Sadly, I have found that it’s a common tendency for people to settle in their own version of Spain. The no-more-beyond mentality falls far short of what God has in mind for their lives. They get to a certain point and begin to believe there’s nothing greater left for them. They accept something far less than God’s bigger, greater plans for their lives. 

Men and women settle. Old and young settle. People of all ethnicities and economic statuses settle. Believers and unbelievers settle. Businesses and churches settle. Even while people are active, they settle. Just because people go to work, clean the house, balance the chequebook, and go to the kid’s games doesn’t mean they haven’t settled in their own version of Spain. Life may go on for them, but it’s still Ne Plus Ultra. 

There seems to be three reasons people settle…

1> People settle when they get sentimentally attached to a past season of their life

Sometimes people are suppose to stay where they have been, but nothing is suppose to stay like it has been. When people don’t evolve with life and embrace change, they settle for a lifetime in what was meant to be a season.

2> People settle in a place of relational wounds

Relational wounds can be terribly debilitating, and many people settle in the place of a lost relationship. They allow themselves to linger mentally and emotionally in a place that God wants them to move beyond. The loss of a friend. The death of a loved one. The end of a marriage. Relational woundedness can cause you to settle where you are.

3> People settle because where they are is “good enough” and they want to stay comfortable.

Yes, settled people can still enjoy a good life. But just because someone makes the best of his or her life doesn’t mean]they are living their best life. “Good enough” is the enemy of “better than ever.”

Don’t make the mistake of settling for good enough. Good enough is not your destiny! Are you aware that being comfortable is way overrated? The best things in life don’t come when you’re comfortable. If fact, being too comfortable can clog your arteries, soften your muscles, and make you weak and tired. Your body may want to settle and be comfortable, but that’s not how you experience the healthiest and best life.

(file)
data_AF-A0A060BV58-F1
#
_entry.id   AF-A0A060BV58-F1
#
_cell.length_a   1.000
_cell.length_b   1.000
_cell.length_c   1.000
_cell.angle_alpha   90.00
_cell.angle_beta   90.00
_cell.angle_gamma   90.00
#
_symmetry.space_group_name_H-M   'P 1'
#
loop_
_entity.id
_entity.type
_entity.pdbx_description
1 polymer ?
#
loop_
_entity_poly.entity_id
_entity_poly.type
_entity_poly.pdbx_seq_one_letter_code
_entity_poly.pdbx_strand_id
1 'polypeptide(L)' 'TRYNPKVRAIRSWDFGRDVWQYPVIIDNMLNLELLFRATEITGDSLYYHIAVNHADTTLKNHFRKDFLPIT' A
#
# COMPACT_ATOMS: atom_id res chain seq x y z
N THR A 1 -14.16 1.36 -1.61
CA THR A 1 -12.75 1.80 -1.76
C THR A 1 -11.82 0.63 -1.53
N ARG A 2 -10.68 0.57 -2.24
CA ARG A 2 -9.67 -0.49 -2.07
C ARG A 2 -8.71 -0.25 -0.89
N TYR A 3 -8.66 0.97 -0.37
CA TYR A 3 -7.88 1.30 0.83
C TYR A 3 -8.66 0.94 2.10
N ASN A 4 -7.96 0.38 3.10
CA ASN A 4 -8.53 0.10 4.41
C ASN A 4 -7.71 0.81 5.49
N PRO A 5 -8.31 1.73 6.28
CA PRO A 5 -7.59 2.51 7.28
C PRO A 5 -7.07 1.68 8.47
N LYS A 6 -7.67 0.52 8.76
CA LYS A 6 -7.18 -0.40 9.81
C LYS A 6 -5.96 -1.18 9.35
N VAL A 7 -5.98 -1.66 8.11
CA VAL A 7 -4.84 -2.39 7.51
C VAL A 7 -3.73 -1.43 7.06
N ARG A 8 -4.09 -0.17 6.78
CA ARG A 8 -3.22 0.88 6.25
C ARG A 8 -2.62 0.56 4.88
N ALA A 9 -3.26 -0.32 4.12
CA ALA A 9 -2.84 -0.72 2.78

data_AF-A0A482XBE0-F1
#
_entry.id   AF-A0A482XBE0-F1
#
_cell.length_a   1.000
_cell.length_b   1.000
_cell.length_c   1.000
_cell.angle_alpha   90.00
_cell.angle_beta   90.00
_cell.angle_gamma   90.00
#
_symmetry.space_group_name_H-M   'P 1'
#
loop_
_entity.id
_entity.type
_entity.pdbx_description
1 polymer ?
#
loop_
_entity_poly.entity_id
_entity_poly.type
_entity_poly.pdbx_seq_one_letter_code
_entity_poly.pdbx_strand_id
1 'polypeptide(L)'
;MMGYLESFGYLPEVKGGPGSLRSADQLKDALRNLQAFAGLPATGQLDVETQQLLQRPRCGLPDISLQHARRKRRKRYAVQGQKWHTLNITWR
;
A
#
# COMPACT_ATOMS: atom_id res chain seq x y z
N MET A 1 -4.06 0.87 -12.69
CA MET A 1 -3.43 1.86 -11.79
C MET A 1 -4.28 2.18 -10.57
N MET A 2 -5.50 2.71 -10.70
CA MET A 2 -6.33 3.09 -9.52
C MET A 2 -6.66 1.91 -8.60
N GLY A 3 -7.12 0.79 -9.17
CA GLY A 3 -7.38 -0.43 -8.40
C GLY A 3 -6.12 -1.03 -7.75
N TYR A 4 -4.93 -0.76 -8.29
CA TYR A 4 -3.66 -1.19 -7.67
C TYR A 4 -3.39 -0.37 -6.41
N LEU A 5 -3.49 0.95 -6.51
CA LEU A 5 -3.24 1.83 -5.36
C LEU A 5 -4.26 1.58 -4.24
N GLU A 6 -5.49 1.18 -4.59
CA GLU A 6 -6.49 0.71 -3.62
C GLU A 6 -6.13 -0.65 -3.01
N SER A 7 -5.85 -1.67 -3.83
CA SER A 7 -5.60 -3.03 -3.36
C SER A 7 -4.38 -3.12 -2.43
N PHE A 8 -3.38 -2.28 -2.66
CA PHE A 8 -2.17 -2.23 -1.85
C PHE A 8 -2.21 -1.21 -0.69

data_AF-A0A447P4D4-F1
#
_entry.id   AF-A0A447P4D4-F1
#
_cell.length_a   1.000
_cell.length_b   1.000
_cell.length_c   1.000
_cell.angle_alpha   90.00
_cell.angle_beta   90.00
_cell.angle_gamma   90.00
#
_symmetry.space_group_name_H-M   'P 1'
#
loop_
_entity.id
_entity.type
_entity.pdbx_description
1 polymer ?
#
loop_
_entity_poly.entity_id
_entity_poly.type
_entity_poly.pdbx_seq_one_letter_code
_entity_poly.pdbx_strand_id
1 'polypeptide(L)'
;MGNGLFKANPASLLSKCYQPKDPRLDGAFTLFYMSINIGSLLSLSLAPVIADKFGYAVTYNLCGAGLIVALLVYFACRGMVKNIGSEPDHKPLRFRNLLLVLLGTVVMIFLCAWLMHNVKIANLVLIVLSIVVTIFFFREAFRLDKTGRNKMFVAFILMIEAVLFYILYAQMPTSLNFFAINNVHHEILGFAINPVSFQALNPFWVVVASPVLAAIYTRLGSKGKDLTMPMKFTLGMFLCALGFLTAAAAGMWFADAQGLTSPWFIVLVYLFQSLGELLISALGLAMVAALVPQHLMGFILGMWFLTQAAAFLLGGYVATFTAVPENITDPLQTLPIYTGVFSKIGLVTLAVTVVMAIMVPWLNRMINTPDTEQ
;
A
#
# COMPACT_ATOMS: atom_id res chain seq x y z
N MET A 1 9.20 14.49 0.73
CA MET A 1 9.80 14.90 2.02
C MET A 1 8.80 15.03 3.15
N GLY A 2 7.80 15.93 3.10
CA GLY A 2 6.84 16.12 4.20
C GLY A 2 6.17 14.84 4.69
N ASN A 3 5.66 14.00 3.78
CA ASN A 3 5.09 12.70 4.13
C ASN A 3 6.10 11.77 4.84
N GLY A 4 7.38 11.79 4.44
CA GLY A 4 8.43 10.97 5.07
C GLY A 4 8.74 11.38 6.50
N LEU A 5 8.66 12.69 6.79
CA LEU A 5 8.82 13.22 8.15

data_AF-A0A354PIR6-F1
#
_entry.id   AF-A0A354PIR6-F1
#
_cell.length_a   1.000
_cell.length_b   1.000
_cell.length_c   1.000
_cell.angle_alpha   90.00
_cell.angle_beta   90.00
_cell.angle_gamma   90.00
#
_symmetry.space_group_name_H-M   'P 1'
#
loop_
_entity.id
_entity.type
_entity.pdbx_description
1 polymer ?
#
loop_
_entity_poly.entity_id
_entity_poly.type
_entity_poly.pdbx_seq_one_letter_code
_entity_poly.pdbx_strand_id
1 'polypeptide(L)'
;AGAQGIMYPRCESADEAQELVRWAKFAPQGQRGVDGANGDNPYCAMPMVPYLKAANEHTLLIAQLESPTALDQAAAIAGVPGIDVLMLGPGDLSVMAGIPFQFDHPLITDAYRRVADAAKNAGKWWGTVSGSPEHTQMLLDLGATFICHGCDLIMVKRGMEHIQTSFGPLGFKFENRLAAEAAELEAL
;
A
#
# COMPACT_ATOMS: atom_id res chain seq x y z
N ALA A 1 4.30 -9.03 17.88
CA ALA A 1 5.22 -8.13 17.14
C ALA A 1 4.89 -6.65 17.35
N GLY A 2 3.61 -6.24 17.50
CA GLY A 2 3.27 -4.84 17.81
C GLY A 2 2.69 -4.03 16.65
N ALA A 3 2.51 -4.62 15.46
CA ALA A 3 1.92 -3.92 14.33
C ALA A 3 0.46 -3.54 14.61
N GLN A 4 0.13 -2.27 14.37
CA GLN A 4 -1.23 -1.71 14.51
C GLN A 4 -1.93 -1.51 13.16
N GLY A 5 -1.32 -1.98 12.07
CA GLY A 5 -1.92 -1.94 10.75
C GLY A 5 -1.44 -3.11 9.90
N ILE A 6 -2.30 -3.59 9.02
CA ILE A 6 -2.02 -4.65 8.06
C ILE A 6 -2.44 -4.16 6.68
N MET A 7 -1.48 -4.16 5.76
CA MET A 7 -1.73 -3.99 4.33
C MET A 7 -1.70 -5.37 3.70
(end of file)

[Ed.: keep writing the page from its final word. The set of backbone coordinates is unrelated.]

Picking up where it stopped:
The place of “good enough” might sound tempting because it’s more comfortable. But it’s not the place God has for you. “Good enough” is not your destiny. Ignore the signs that say “no more beyond.” That message is a lie that wants us to settle and miss out on all that God has beyond where we are right now. 

The new motto is Plus Ultra – “more beyond!”

After 51 Years of Preaching

I love God’s Word and since preaching my first sermon in May of 1969 I have believed in the power of God’s Word to change lives. I have preached in many places in numerous nations and have seen countless lives transformed by those who received God’s truth, applied it, and walked out the truth that they received from His truth. In the book of Hebrews God speaks of His Word as a two-edged sword working inside us to divide what is flesh and what is spirit, what is soulish and what is Spirit-led.

Paul writes about God’s Word, “…take the mighty razor-sharp Spirit-sword of the spoken Word of God’” (Ephesians 6:18 TPT) 

Since my encounter with Jesus and being born again I have loved, read, memorized and taught this powerful Word of God. As I read and study it I take notes and research what I am reading and discovering. Many times what I am discovering ends up, in time, in a teaching. But, I am reading and studying primarily for my own growth and spiritual maturity. My journey with Jesus is always empowered by His Word and comes first. My focus has been and still is personal growth first. Sermon research is a separate event.

Several years ago the Lord spoke to me directly and then through several leaders whom I work with and, on occasion, work for that I would be preaching more by revelation. That God would show me specifically what to preach from His Word to each specific church or group of people. And, that I would be preaching by revelation, often without a lot of time to prepare. That He would reveal what to preach and how to preach it in each situation I would find myself. Preaching without a full text as led by the Holy Spirit.

So, I continue to read, study, and research but what I learn is simply the raw material that God can then use to construct the teaching – release the revelation – I am to share. So now, a lot of what I teach is by outline and not full text, and I add my own personal experiences into the teaching to illustrate and share examples of the message. So, everything has become much more personal, real, and applicable to real life. And, I am learning to wait on the Lord for the revelation of what I am to share, teach, or preach.